Mistake to minimize Bin Laden for political purposes
By Ray Hanania — The fact that Osama Bin Laden, the mastermind of the Sept. 11, 2001 terrorist attacks that brought down the World Trade Center Towers, is living in, presumably a cave, shouldn’t be anything to cheer about. But apparently, that is all that many American officials can do as America’s Number One Most Wanted Terrorist continues to thumb his nose, and newly dyed beard, in video and audio tapes, and through Internet emissaries.President Bush’s Homeland Security adviser Frances Fragos Townsend recently described Bin Laden as “a man on a run, from a cave, who’s virtually impotent other than these tapes.”
Make no mistake about it, Bin Laden remains a very potent threat. What is most surprising is that despite his terrorist achievements over the past decade, we continue to do today what we did 10 years ago, take Bin Laden for granted.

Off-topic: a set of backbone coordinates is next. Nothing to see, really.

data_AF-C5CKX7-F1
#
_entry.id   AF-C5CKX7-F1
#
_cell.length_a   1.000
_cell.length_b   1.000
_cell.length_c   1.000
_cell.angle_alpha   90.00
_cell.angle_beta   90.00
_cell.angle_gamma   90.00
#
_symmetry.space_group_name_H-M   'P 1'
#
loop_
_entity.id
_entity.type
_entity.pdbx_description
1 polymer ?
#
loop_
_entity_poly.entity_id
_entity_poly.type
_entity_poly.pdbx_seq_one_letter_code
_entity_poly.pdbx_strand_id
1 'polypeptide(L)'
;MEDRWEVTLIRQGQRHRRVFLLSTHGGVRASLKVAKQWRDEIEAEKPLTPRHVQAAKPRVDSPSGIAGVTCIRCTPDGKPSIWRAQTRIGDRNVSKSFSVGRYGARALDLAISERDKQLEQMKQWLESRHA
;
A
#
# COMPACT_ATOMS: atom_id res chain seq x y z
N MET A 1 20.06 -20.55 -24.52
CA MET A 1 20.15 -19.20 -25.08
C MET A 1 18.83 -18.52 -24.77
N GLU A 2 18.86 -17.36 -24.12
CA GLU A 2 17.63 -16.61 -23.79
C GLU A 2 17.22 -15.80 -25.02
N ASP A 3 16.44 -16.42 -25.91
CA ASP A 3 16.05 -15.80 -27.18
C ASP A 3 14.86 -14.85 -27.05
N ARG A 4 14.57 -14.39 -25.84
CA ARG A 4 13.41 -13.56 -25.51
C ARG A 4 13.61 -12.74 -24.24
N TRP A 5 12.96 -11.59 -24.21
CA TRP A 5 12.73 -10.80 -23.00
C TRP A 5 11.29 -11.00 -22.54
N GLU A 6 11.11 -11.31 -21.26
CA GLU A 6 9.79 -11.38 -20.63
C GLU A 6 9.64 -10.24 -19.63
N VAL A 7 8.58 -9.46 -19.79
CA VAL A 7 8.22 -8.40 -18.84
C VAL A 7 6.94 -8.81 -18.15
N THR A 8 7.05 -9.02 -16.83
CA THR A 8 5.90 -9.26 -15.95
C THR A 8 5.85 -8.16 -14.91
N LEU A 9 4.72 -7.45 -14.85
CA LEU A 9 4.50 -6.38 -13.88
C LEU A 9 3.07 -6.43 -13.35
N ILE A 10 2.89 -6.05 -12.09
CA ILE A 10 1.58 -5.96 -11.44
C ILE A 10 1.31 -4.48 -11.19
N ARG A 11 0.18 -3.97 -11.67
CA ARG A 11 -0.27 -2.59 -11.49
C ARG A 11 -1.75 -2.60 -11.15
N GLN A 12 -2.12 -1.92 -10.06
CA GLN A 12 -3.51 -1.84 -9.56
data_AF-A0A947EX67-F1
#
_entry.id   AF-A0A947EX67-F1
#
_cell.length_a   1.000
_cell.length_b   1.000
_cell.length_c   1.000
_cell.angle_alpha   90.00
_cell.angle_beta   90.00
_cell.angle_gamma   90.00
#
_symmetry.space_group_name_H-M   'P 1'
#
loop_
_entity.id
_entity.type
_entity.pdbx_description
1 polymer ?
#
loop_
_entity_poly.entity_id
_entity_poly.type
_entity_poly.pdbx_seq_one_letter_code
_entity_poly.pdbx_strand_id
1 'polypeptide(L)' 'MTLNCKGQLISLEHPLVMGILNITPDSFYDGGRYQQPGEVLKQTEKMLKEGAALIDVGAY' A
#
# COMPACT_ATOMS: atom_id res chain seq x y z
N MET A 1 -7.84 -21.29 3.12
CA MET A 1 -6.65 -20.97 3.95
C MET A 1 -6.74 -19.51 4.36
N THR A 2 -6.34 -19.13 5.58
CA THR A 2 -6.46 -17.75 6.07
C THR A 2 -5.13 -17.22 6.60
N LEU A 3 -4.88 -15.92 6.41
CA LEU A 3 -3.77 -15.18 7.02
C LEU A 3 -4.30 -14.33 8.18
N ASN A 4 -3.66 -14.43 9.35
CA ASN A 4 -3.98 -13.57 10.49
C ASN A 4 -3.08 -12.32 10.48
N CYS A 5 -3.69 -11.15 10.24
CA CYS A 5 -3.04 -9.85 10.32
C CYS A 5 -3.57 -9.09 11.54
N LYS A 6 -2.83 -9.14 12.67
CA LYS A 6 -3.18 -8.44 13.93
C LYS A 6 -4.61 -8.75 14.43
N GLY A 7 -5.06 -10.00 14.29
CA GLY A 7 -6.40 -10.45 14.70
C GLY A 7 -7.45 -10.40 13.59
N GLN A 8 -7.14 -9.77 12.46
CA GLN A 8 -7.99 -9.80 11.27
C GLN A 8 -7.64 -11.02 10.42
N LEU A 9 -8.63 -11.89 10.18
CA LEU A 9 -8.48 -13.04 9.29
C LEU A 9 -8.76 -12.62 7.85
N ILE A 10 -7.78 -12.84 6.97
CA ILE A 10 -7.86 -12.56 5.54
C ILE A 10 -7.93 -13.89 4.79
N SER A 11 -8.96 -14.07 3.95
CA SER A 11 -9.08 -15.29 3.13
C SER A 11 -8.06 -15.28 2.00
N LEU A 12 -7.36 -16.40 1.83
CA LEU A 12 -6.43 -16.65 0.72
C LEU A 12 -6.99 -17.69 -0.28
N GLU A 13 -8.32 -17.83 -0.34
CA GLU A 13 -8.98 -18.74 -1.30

Bin Laden was not on one of the planes that achieved what every thought was unachievable, bringing down two of the tallest buildings in the world and the symbols of America’s economic and Democratic might.
One plane struck the Pentagon and a fourth, only because of a late departure, was brought down by a passenger revolt when they learned from family and friends about the horrendous achievements of the other three hijacked commercial planes.
Bin Laden operated as a powerful symbol who motivated the 19 hijackers to commit the attacks.
Vice President Dick Cheney adds to Townsend’s view, arguing that Bush’s foreign policies have resulted in stopping Bin Laden from repeating his terrorist achievement of Sept. 11, 2001.
That is another mistake, to believe that Bin Laden is operating on “American People Time.”
Bin Laden’s first attempt to destroy the World Trade Center’s Twin Towers took place in 1993. The second attempt took eight years more to complete.
In the meantime, operatives of al-Qaeda, the organization that Bin Laden founded, has accomplished several terrorist strikes, and has helped turn the failed American war in Iraq and the confusion it has created into an al-Qaeda front and training ground.
Bin Laden does not need to be where he has never been, at the forefront of face-to-face meetings with the disciples who champion his cause of distorted, bastardized interpretations of Islam, a religion of peace turned into a calling card of destruction and extremist hate.